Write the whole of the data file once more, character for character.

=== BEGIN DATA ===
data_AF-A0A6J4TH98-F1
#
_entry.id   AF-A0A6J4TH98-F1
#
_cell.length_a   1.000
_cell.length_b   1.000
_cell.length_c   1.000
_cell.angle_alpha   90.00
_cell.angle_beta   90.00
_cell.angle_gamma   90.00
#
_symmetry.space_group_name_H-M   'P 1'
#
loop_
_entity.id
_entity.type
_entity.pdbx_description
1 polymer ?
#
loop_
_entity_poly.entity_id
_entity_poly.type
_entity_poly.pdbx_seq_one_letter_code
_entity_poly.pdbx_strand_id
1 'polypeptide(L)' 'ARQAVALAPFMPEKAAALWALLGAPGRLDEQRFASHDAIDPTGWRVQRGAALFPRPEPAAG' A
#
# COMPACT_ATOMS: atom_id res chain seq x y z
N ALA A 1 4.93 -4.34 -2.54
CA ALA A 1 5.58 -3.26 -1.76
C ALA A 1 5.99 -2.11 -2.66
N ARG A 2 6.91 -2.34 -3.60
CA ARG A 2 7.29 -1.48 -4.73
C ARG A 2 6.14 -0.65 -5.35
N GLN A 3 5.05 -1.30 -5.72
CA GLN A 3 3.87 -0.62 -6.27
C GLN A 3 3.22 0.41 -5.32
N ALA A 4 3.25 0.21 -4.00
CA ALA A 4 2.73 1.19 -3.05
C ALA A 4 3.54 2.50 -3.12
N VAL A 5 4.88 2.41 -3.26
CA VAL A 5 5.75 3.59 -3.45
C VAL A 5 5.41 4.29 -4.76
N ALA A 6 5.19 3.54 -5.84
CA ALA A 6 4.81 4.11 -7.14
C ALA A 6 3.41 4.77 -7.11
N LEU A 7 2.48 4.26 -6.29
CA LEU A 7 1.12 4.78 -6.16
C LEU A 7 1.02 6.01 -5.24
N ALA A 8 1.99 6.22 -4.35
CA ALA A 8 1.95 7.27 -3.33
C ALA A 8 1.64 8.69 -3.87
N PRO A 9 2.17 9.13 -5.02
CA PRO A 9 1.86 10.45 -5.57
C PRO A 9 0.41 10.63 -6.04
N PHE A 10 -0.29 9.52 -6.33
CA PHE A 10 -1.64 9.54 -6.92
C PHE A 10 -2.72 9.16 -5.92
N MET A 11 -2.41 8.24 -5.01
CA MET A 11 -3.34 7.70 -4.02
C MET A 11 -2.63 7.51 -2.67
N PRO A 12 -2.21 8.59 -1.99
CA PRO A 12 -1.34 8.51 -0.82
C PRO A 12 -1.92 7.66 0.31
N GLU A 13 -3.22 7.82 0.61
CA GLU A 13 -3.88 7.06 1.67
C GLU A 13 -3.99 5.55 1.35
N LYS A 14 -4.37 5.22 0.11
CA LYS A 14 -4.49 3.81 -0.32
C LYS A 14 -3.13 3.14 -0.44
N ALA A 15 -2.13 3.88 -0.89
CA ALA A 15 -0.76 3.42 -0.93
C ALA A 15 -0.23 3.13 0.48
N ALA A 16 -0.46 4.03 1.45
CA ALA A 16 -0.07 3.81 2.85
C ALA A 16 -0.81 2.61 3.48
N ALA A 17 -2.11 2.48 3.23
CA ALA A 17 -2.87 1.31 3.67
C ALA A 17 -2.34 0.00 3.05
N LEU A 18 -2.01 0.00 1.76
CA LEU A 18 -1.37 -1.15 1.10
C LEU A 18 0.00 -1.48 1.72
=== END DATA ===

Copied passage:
data_AF-A0A6J4TH98-F1
#
_entry.id   AF-A0A6J4TH98-F1
#
_cell.length_a   1.000
_cell.length_b   1.000
_cell.length_c   1.000
_cell.angle_alpha   90.00
_cell.angle_beta   90.00
_cell.angle_gamma   90.00
#
_symmetry.space_group_name_H-M   'P 1'
#
loop_
_entity.id
_entity.type
_entity.pdbx_description
1 polymer ?
#
loop_
_entity_poly.entity_id
_entity_poly.type
_entity_poly.pdbx_seq_one_letter_code
_entity_poly.pdbx_strand_id
1 'polypeptide(L)' 'ARQAVALAPFMPEKAAALWALLGAPGRLDEQRFASHDAIDPTGWRVQRGAALFPRPEPAAG' A
#
# COMPACT_ATOMS: atom_id res chain seq x y z
N ALA A 1 4.93 -4.34 -2.54
CA ALA A 1 5.58 -3.26 -1.76
C ALA A 1 5.99 -2.11 -2.66
N ARG A 2 6.91 -2.34 -3.60
CA ARG A 2 7.29 -1.48 -4.73
C ARG A 2 6.14 -0.65 -5.35
N GLN A 3 5.05 -1.30 -5.72
CA GLN A 3 3.87 -0.62 -6.27
C GLN A 3 3.22 0.41 -5.32
N ALA A 4 3.25 0.21 -4.00
CA ALA A 4 2.73 1.19 -3.05
C ALA A 4 3.54 2.50 -3.12
N VAL A 5 4.88 2.41 -3.26
CA VAL A 5 5.75 3.59 -3.45
C VAL A 5 5.41 4.29 -4.76
N ALA A 6 5.19 3.54 -5.84
CA ALA A 6 4.81 4.11 -7.14
C ALA A 6 3.41 4.77 -7.11
N LEU A 7 2.48 4.26 -6.29
CA LEU A 7 1.12 4.78 -6.16
C LEU A 7 1.02 6.01 -5.24
N ALA A 8 1.99 6.22 -4.35
CA ALA A 8 1.95 7.27 -3.33
C ALA A 8 1.64 8.69 -3.87
N PRO A 9 2.17 9.13 -5.02
CA PRO A 9 1.86 10.45 -5.57
C PRO A 9 0.41 10.63 -6.04
N PHE A 10 -0.29 9.52 -6.33
CA PHE A 10 -1.64 9.54 -6.92
C PHE A 10 -2.72 9.16 -5.92
N MET A 11 -2.41 8.24 -5.01
CA MET A 11 -3.34 7.70 -4.02
C MET A 11 -2.63 7.51 -2.67
N PRO A 12 -2.21 8.59 -1.99
CA PRO A 12 -1.34 8.51 -0.82
C PRO A 12 -1.92 7.66 0.31
N GLU A 13 -3.22 7.82 0.61
CA GLU A 13 -3.88 7.06 1.67
C GLU A 13 -3.99 5.55 1.35
N LYS A 14 -4.37 5.22 0.11
CA LYS A 14 -4.49 3.81 -0.32
C LYS A 14 -3.13 3.14 -0.44
N ALA A 15 -2.13 3.88 -0.89
CA ALA A 15 -0.76 3.42 -0.93
C ALA A 15 -0.23 3.13 0.48
N ALA A 16 -0.46 4.03 1.45
CA ALA A 16 -0.07 3.81 2.85
C ALA A 16 -0.81 2.61 3.48
N ALA A 17 -2.11 2.48 3.23
CA ALA A 17 -2.87 1.31 3.67
C ALA A 17 -2.34 0.00 3.05
N LEU A 18 -2.01 0.00 1.76
CA LEU A 18 -1.37 -1.15 1.10
C LEU A 18 0.00 -1.48 1.72